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Aspiring filmmakers go through similar learning curves and, as a result, make many of the same mistakes. One of the goals of Film School Online is to help you avoid these hard knocks. At the very least we hope to provide you with enough awareness that you can spot the telltale signs of trouble and take corrective action in timely manner.

A common mistake is to confuse technology with filmmaking. In other words, you get caught up in the process of making a movie and loose track of telling a great story. It seems foolish to approach a project this way, yet countless filmmakers are obsessed with the latest cameras, lighting, effects, etc.


If you doubt that you can fall into this trap, take a look at Hollywood. How many potentially great movies have been compromised because of overly zealous special effects? George Lucas was praised for striking the right balance in the first three Star Wars movies, but many fans feel he dropped the ball with The Phantom Menace.

If seasoned pros can fall into this trap, students are particularly prone. Because of their inexperience, students don't see the difference between making a movie and transcending the process to tell a story. To them, it's one big ball of wax. Understanding the difference is what separates great filmmakers from mediocre ones.

The special effects department is not the only culprit. All craft areas can be guilty of infringing on the story, from cinematographers with their cameras; to gaffers with their lighting; to production designers with their sets, and so forth.

Recall Christian Bale's tirade against cinematographer Shane Hurlbut on the set of Terminator: Salvation (2009):

Christian Bale And Cinematographer
Warning: Graphic

Bale certainly handled himself unprofessionally and there is no excuse for the way he addressed Hurlbut, but the point he was trying to make is valid. Hurlbut was so concerned about setting the lights that he was hindering the actors performances, which is, in essence, the telling of the story.

Student Filmmakers

From a pedagogical point of view, it's easy to see how student filmmakers get caught in the technology trap. To many of them, "learning filmmaking" means learning the latest cameras or lights or editing software. It's not the same thing.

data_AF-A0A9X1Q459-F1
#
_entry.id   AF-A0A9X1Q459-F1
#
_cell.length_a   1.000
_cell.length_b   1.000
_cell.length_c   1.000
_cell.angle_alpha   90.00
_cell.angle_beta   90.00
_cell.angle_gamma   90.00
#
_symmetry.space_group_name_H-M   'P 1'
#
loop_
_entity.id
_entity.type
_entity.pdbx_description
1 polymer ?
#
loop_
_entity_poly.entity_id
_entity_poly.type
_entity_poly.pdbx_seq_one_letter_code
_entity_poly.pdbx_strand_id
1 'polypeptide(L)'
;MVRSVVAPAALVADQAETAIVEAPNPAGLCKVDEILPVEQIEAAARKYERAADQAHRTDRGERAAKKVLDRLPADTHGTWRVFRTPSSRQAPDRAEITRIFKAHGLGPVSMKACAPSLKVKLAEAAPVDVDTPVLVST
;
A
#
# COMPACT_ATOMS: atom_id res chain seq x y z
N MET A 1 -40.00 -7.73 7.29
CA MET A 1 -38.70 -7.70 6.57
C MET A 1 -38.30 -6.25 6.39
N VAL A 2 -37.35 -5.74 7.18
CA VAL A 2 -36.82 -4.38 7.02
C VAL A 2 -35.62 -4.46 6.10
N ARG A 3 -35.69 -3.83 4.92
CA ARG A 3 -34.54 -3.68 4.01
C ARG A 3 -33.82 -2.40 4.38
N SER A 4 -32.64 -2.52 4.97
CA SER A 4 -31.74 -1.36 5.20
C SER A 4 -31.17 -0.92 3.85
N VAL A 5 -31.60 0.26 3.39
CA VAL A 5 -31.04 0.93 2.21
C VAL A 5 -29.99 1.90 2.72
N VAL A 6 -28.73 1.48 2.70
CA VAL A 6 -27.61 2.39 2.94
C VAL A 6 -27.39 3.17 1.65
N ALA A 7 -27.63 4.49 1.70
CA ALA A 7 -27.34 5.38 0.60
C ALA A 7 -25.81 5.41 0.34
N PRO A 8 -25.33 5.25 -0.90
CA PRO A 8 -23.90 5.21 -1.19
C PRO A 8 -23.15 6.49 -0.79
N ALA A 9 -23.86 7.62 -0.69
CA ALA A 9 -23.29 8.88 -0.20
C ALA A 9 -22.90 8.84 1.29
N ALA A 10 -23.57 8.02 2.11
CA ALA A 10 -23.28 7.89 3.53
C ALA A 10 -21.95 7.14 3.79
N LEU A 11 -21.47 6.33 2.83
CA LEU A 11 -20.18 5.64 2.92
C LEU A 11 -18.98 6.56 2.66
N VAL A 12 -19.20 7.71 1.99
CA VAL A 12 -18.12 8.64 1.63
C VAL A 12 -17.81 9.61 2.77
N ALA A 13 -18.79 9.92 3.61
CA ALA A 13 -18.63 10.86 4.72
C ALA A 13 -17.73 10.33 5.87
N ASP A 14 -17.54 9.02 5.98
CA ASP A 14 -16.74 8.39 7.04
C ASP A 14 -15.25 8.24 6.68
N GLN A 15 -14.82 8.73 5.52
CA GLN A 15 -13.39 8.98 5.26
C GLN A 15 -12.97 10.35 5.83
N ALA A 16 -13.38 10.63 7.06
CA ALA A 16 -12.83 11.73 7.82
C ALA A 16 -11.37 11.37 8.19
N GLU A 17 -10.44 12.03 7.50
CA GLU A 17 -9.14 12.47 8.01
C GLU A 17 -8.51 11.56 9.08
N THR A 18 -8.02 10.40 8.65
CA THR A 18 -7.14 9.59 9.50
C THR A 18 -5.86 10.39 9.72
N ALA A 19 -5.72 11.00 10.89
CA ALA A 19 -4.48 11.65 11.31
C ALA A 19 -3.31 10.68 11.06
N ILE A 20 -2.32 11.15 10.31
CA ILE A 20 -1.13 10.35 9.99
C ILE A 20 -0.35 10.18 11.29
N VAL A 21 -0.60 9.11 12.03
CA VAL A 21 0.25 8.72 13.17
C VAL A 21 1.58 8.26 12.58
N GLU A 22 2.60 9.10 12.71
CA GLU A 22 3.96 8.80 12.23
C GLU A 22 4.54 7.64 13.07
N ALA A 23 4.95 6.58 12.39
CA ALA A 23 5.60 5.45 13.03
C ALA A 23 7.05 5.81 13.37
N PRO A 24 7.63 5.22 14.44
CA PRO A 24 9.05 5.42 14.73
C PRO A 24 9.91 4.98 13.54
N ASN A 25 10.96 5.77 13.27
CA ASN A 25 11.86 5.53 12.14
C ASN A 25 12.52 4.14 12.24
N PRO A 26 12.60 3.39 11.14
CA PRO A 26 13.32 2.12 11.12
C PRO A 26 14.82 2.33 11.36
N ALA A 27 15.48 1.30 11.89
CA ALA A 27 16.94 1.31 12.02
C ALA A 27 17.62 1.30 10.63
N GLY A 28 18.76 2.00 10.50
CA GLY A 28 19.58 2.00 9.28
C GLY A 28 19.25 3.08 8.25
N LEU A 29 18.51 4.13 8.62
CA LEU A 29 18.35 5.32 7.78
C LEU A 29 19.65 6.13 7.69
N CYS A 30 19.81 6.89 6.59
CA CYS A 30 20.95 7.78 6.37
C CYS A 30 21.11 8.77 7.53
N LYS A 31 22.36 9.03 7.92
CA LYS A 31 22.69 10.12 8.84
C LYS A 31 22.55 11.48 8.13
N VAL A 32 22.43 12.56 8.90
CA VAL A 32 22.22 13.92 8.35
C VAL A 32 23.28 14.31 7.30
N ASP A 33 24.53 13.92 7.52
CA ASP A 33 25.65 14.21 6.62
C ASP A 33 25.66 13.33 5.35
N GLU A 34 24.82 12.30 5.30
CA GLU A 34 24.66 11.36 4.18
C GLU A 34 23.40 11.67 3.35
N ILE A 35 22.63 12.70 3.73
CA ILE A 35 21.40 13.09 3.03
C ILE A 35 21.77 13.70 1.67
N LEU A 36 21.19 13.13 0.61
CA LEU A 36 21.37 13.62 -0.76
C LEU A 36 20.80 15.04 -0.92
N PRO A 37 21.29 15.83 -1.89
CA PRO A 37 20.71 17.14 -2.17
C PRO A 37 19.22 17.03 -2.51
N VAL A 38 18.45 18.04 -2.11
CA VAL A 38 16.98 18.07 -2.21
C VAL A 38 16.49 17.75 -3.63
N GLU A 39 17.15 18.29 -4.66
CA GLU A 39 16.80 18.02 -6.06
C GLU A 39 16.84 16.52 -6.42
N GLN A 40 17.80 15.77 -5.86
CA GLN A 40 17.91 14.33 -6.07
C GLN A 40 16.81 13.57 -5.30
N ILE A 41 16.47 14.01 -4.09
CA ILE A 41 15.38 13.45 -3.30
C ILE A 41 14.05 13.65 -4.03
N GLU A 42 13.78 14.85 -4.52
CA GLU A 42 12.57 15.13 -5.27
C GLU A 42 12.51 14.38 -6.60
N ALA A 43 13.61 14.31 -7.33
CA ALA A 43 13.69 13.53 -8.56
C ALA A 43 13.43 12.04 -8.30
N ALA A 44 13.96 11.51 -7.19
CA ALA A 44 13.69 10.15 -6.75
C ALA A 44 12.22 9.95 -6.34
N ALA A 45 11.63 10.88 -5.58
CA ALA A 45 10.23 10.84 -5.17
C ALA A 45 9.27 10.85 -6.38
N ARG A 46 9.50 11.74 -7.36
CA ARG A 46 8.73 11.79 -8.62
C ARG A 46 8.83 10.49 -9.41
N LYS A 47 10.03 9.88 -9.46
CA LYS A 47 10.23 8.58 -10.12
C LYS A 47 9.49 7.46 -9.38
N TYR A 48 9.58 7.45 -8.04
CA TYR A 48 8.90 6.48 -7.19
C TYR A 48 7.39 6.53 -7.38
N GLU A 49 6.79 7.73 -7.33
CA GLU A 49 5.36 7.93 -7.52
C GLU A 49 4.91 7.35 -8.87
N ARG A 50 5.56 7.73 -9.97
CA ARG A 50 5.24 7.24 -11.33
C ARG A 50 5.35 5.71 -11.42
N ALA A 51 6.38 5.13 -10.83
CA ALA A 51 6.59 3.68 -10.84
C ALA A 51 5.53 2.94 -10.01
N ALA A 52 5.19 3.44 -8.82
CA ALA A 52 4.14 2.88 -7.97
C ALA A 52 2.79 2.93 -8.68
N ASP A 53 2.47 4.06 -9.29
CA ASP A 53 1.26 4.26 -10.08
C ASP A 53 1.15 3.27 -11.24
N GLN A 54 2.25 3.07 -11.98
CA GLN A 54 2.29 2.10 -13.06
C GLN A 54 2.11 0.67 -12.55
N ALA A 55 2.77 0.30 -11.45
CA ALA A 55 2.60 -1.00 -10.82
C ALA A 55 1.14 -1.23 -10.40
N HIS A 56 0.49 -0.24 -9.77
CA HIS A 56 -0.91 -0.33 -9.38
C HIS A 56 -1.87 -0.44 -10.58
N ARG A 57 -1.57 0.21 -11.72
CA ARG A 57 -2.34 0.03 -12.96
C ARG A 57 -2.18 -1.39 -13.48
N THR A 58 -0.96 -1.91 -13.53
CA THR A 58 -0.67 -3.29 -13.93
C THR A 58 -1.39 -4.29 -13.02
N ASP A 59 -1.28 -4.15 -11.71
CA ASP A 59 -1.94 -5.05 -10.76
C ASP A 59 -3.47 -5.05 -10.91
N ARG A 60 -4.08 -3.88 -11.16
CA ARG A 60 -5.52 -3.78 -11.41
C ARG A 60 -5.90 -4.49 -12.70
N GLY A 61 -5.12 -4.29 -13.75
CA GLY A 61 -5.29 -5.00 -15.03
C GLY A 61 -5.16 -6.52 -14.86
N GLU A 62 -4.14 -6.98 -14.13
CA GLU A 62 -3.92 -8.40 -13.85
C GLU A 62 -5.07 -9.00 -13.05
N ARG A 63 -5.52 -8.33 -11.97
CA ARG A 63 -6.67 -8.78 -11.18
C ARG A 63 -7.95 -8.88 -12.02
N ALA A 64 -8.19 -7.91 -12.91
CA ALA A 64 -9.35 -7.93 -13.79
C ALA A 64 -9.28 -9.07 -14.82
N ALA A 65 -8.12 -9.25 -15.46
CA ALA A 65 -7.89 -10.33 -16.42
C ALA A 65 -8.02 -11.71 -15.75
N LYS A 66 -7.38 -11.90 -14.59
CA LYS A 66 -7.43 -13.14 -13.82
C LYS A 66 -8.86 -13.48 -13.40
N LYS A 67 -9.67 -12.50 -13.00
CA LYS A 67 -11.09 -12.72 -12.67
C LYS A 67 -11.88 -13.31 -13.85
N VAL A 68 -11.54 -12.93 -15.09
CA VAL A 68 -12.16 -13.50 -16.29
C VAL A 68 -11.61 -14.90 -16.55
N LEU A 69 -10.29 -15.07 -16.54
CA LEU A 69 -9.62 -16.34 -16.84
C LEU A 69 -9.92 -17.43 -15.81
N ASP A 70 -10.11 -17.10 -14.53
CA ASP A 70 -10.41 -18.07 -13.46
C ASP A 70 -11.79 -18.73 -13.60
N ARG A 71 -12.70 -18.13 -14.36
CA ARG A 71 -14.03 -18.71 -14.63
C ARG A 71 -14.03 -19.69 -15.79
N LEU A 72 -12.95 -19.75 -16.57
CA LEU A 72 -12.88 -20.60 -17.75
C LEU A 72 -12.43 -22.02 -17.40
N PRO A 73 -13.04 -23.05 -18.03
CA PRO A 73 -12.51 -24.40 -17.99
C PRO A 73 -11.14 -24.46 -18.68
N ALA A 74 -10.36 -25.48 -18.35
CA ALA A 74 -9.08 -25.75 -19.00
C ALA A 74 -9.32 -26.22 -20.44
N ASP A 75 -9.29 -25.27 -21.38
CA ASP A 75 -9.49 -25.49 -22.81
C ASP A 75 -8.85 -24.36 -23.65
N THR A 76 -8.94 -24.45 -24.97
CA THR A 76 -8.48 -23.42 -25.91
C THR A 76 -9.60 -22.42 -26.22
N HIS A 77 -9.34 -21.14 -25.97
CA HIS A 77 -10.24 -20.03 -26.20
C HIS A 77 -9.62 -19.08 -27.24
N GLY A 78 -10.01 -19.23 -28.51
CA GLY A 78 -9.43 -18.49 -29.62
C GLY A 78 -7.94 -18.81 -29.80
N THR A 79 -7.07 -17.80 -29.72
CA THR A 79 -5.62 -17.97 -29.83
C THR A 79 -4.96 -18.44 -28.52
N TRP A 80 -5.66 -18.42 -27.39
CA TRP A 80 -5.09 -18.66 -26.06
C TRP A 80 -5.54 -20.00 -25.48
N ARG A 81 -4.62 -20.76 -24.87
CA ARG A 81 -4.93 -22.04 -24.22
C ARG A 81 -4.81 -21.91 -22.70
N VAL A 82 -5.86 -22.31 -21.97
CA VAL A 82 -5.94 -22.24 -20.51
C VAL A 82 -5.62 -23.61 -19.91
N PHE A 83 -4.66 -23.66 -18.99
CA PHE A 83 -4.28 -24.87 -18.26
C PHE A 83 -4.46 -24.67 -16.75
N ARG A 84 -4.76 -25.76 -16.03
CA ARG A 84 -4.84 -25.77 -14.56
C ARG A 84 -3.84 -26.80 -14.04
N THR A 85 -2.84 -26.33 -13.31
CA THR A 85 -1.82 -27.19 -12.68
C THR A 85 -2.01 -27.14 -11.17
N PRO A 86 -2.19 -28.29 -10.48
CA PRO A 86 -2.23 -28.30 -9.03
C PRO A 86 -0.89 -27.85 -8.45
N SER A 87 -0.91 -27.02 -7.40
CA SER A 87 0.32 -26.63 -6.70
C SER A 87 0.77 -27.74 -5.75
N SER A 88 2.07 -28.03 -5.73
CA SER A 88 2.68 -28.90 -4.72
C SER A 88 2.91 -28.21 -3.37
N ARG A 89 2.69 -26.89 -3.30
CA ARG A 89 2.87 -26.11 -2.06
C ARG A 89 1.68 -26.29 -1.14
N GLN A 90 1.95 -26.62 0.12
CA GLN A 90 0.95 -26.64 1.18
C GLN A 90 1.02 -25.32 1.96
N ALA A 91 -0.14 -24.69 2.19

Filmmaking is the application of the principles and conventions of screen storytelling. These principles were developed over many decades and encompass both visual and audio aesthetics. Technology involves the tools that facilitates this application, it's not "filmmaking" per se.

Instinct vs. Knowledge

Too often, students become experts in the technology of filmmaking and go on to make films based on aesthetic instinct. A truly gifted filmmaker can probably get away with this, but not everyone is born with such ability. Most filmmakers work through a considerable learning curve to become great a what they do.

Even if you are a natural born instinctive filmmaker, your creativity and problem solving ability can be stifled by not having a solid base of knowledge from which to pull from.

For example, let's say you are instinctively using the technique of action compression. Wouldn't it be nice to know how and why this technique works? Wouldn't such knowledge help you apply it in better and perhaps unexpected ways?

Understanding the principles and conventions of filmmaking (or any art form, for that matter) not only provides you with a foundation from which to practice your skills, but also allows you to unleash the creative potential associated with those skills.

Don't fall into the technology trap. Keep your eye on the ball. No matter what your area of specialty is, your ultimate goal is always to tell a great screen story.  -

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